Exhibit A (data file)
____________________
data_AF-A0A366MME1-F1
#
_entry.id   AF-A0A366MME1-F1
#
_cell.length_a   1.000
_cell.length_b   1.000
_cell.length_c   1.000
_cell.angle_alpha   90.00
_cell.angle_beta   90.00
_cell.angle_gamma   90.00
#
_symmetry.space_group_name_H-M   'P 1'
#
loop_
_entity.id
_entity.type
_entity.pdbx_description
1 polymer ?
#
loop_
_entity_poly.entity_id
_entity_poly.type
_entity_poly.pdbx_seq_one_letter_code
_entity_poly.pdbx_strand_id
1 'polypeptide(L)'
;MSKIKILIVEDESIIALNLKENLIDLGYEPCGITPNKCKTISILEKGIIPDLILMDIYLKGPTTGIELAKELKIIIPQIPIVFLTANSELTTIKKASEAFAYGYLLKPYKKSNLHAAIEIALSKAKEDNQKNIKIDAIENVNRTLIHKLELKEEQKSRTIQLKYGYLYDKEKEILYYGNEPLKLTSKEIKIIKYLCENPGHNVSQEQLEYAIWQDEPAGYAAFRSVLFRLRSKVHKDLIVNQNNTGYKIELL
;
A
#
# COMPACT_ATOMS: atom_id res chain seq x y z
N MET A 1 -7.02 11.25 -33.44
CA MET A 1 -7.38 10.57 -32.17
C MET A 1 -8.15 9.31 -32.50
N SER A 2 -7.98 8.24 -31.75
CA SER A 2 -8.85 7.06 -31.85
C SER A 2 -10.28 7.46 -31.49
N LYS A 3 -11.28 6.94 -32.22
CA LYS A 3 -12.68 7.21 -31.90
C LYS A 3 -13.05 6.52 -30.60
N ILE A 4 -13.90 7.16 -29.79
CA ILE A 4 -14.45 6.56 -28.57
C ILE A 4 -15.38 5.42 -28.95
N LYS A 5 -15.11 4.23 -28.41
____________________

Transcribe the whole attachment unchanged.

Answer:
data_AF-A0A366MME1-F1
#
_entry.id   AF-A0A366MME1-F1
#
_cell.length_a   1.000
_cell.length_b   1.000
_cell.length_c   1.000
_cell.angle_alpha   90.00
_cell.angle_beta   90.00
_cell.angle_gamma   90.00
#
_symmetry.space_group_name_H-M   'P 1'
#
loop_
_entity.id
_entity.type
_entity.pdbx_description
1 polymer ?
#
loop_
_entity_poly.entity_id
_entity_poly.type
_entity_poly.pdbx_seq_one_letter_code
_entity_poly.pdbx_strand_id
1 'polypeptide(L)'
;MSKIKILIVEDESIIALNLKENLIDLGYEPCGITPNKCKTISILEKGIIPDLILMDIYLKGPTTGIELAKELKIIIPQIPIVFLTANSELTTIKKASEAFAYGYLLKPYKKSNLHAAIEIALSKAKEDNQKNIKIDAIENVNRTLIHKLELKEEQKSRTIQLKYGYLYDKEKEILYYGNEPLKLTSKEIKIIKYLCENPGHNVSQEQLEYAIWQDEPAGYAAFRSVLFRLRSKVHKDLIVNQNNTGYKIELL
;
A
#
# COMPACT_ATOMS: atom_id res chain seq x y z
N MET A 1 -7.02 11.25 -33.44
CA MET A 1 -7.38 10.57 -32.17
C MET A 1 -8.15 9.31 -32.50
N SER A 2 -7.98 8.24 -31.75
CA SER A 2 -8.85 7.06 -31.85
C SER A 2 -10.28 7.46 -31.49
N LYS A 3 -11.28 6.94 -32.22
CA LYS A 3 -12.68 7.21 -31.90
C LYS A 3 -13.05 6.52 -30.60
N ILE A 4 -13.90 7.16 -29.79
CA ILE A 4 -14.45 6.56 -28.57
C ILE A 4 -15.38 5.42 -28.95
N LYS A 5 -15.11 4.23 -28.41